TORONTO – Sept. 5, 2019 –In recognition of an unparalleled career at Participant Media that spans the last 14 years, the company is proud to announce that it has promoted Diane Weyermann to Chief Content Officer. In this newly created position, Weyermann, who previously served as President of Documentary Film and Television and whose work with the company has helped define Participant since its founding by Jeff Skoll in 2004, will work to shape and develop Participant’s future slate of film and television content in close partnership with company CEO David Linde, who made the announcement today.
In her new role, Weyermann will continue to focus on documentary film and television, alongside department Senior Vice Presidents, Elise Pearlstein (Film) and Miura Kite (TV), while collaborating with Linde and the company’s newly announced heads of narrative film, Robert Kessel and Anikah McLaren, on future narrative content. The news is part of a top tier restructuring of Participant’s creative department following the departure of former President of Narrative Film and Television, Jonathan King.
“Diane has uniquely helped fulfill Participant’s mission over the last 15 years,” said Skoll. “The only thing that surpasses Diane’s unassailable integrity is her extraordinary judgement on stories that matter. Her creative partnership, her unparalleled work ethic, her mentorship of others, her deep relationships with the filmmaking community – the list of talents goes on and on. We’re delighted to celebrate Diane’s new role in recognition of all her accomplishments, and what is to come.”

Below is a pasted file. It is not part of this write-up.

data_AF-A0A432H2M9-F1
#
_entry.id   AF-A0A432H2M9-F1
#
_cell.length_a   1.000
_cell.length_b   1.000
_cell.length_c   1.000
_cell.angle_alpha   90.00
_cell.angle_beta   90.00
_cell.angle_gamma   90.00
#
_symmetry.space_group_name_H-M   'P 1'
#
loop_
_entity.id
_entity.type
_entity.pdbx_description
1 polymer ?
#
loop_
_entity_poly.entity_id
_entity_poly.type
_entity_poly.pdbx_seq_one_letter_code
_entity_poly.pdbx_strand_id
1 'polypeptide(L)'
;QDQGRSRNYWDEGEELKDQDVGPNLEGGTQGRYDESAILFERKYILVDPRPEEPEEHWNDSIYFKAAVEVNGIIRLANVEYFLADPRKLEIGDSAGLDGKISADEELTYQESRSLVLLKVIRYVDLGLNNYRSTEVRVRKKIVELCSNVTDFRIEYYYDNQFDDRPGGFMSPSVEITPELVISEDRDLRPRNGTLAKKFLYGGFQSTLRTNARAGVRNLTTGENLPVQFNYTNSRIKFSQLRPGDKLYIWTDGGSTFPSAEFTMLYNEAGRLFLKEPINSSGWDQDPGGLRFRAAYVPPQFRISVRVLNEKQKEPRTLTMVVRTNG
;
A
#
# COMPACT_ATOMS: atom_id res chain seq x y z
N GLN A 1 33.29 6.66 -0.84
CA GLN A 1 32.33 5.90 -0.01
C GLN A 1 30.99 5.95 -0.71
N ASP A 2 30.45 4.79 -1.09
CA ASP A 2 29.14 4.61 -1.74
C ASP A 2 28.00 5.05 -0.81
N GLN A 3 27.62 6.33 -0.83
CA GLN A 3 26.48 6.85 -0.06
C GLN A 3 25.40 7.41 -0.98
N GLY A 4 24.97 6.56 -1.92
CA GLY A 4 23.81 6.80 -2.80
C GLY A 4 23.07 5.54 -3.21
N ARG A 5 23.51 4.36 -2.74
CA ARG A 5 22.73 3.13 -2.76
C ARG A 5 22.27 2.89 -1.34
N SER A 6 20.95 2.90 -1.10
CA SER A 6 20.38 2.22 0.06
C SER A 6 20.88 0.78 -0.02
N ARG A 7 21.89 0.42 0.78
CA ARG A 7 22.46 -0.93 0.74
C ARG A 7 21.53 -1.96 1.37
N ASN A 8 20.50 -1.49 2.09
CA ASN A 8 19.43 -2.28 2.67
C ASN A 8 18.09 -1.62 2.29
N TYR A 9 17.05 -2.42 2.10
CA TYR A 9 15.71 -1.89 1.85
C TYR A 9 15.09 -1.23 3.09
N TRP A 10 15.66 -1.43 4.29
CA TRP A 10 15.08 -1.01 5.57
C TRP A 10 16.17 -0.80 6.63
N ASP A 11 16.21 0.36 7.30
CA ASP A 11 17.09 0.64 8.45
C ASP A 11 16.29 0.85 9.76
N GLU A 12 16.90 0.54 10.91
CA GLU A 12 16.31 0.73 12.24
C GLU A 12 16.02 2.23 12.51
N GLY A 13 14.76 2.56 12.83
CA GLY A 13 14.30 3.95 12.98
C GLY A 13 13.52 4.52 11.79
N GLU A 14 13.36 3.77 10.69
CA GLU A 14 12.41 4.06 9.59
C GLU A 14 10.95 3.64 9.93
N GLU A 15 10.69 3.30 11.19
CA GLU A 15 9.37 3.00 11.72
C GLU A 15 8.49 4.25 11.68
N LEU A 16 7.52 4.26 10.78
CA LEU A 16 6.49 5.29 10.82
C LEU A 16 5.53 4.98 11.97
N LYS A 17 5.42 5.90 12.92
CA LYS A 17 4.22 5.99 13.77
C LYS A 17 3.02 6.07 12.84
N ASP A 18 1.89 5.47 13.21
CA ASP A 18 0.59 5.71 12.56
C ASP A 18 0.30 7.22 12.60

Linde commented on the news, saying: “No one else at this company has been such a pillar for achieving Jeff’s vision from the very beginning than Diane. Her work in documentary filmmaking – from An Inconvenient Truth, CITIZENFOURand Food, Inc.to America to Me, American Factoryand Slay the Dragon– has not only shaped the DNA of this company, but also changed the very landscape of the documentary industry as a whole, redefining its potential for art and impact. I couldn’t be more thrilled to recognize Diane in this way and am excited to work alongside her in continuing to create lasting impact through storytelling.”
Weyermann said: “Since 2005, I’ve been proud to call Participant my home and have had the great fortune to collaborate with seminal storytellers, whose powerful films have inspired audiences around the world. I am incredibly thankful to Jeff, for his vision and extraordinary commitment throughout these many years; to David, for his insightful leadership and partnership; and I look forward to their continued support in this exciting new role.”
“I've known and admired Diane for many years, but it wasn't until we first worked together on America to Me, that I got to witness first-hand what an amazing collaborator she is,” said Academy Award®-nominated filmmaker Steve James. “She has a remarkable ability to grasp the essence of what a filmmaker is trying to achieve and bring her formidable insight and guidance to help you get there. There would be no America To Mewithout Diane and Participant – and I know I’m not the only filmmaker who would say the same thing about their films and working with Diane.”